A few weeks ago, I finished reading “Blood Relation,” Eric Konigsberg’s fascinating account of the mobster life of Uncle Heshy. The author’s family was Jewish, so the murdering and racketeering of his uncle, Harold “Kayo” Konigsberg, was sort of frowned upon.
But, then again, Jewish mobsters have always had a taboo appeal—think Murder Inc., Bugsy Siegel and Meyer Lansky.
Barney Frank, a Massachusetts congressman who grew up with Kayo, voices this sentiment.
“We loved the fact that he was one of us. I mean, here’s a guy who had—you know, he wasn’t just an accountant like Meyer Lansky. I remember teasing one of your father’s cousins about him. She’d get upset, but most of the Jewish kids I knew were sort of worshipful of Kayo.”
Anyway, the LA Daily News ran a story today from the Chronicles of Jewish mobsters. Only, this one, written by Tony Castro (Luke Ford’s source on the Mayor Villaraigosa marriage split), is about a gangster who survived the Holocaust before getting caught up in organized crime.
“Spielberg! You’ve got to get me Spielberg!” Paul Gelb slurred as he bit off the words with the insistence of a Hollywood studio head.
“Spielberg has to come here. If he’s a good Jew, he’ll come here to see me. Do you know if he speaks Yiddish?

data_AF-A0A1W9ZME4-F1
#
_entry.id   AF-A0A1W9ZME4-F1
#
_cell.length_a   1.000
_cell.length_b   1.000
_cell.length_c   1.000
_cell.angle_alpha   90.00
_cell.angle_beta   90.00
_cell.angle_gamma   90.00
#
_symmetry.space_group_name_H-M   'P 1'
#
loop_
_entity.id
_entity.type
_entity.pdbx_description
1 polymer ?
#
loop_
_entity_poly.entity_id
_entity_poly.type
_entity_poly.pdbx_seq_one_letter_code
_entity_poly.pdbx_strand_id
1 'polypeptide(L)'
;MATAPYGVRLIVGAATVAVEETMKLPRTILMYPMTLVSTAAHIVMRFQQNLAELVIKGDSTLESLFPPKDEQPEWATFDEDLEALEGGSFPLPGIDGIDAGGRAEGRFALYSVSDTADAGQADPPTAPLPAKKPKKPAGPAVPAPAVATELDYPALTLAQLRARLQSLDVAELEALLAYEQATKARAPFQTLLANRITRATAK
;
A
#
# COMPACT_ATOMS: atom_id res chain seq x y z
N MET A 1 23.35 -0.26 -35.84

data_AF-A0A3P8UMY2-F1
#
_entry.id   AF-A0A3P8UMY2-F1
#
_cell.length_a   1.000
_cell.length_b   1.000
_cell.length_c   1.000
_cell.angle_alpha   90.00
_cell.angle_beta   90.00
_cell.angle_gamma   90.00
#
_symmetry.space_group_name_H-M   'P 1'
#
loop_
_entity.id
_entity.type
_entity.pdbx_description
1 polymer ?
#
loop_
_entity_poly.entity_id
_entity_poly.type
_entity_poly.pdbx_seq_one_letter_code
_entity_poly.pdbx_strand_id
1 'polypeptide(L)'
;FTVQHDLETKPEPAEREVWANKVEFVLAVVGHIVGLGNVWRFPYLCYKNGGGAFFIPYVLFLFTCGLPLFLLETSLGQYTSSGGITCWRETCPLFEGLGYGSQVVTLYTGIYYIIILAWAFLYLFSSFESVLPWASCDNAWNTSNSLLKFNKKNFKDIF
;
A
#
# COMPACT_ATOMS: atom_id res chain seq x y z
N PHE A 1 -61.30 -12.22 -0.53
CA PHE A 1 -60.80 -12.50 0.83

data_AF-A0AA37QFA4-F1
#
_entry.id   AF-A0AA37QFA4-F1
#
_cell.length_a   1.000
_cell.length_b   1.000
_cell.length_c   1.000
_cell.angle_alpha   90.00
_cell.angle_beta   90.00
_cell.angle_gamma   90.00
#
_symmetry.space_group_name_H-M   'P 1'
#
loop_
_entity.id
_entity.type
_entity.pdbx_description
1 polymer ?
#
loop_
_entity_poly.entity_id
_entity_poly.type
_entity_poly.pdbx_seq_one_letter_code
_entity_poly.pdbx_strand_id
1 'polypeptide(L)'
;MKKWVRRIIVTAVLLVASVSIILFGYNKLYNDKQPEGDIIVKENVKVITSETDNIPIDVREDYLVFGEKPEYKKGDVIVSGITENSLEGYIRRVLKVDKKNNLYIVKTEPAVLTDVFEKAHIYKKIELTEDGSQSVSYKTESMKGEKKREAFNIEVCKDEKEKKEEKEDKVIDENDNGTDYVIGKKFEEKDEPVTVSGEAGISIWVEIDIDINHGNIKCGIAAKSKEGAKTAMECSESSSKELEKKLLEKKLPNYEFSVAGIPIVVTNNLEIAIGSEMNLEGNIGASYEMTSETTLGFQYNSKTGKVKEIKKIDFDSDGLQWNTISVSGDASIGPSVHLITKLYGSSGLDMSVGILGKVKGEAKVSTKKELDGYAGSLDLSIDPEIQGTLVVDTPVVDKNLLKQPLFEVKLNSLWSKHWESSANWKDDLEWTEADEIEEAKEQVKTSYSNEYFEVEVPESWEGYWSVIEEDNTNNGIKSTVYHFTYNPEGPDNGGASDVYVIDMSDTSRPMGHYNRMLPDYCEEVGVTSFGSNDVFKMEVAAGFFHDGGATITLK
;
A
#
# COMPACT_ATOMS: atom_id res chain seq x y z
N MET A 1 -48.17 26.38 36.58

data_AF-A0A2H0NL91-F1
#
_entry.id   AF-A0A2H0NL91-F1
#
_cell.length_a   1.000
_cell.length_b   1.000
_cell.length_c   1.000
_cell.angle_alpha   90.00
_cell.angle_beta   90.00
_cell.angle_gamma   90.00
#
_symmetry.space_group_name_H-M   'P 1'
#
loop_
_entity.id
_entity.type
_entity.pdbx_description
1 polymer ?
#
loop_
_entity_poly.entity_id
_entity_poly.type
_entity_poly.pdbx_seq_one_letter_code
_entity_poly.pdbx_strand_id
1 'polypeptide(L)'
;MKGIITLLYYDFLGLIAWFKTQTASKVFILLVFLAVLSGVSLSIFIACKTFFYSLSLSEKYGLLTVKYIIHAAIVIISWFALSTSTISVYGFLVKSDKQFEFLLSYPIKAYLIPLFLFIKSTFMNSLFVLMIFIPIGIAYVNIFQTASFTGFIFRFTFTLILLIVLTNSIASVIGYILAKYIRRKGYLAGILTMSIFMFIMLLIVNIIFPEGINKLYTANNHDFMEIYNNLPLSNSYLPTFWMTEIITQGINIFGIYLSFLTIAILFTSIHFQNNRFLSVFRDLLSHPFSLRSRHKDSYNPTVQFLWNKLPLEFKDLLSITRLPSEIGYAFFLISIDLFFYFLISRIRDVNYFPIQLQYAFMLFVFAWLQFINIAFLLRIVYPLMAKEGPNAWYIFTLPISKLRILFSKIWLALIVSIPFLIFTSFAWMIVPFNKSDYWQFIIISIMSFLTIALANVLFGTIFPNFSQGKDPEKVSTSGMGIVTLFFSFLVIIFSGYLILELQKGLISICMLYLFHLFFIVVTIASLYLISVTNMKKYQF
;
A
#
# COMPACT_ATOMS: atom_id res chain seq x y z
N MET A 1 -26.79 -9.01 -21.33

“And I need to talk to a rabbi. I’d like that. But a rabbi who speaks Yiddish.
“I need to see both of them before I die, ... and I’m dying.”
But then, Gelb, 83, has been dying since he was 15 and was sent to a series of Nazi concentration camps with his family.
He survived the Holocaust, which is why he is so insistent this day on seeing director Steven Spielberg, who has created an archive of living testimony of survivors in the wake of his Oscar-winning film “Schindler’s List.”
“I’ll bet you,” Gelb says, “that Spielberg doesn’t have a story like mine.”
That’s because to survive in America, Gelb became involved with the Mafia, running New York strip joints and a money-skimming operation that ultimately landed him in a California federal prison in the 1990s.
For Gelb, the ultimate irony was having survived a Nazi concentration camp to wind up half a century later in a minimum-security federal prison camp in California, where he was inmate 10945-054, according to a federal report.
“There were no bars, no fences there, no gas chambers, no ovens,” he says. “Some people tried to compare my experience in a concentration camp and prison, and I told them, `Don’t even try to compare it. One was hell on Earth.’ Prison wasn’t heaven, but I’m not ready to go there yet, anyway!”
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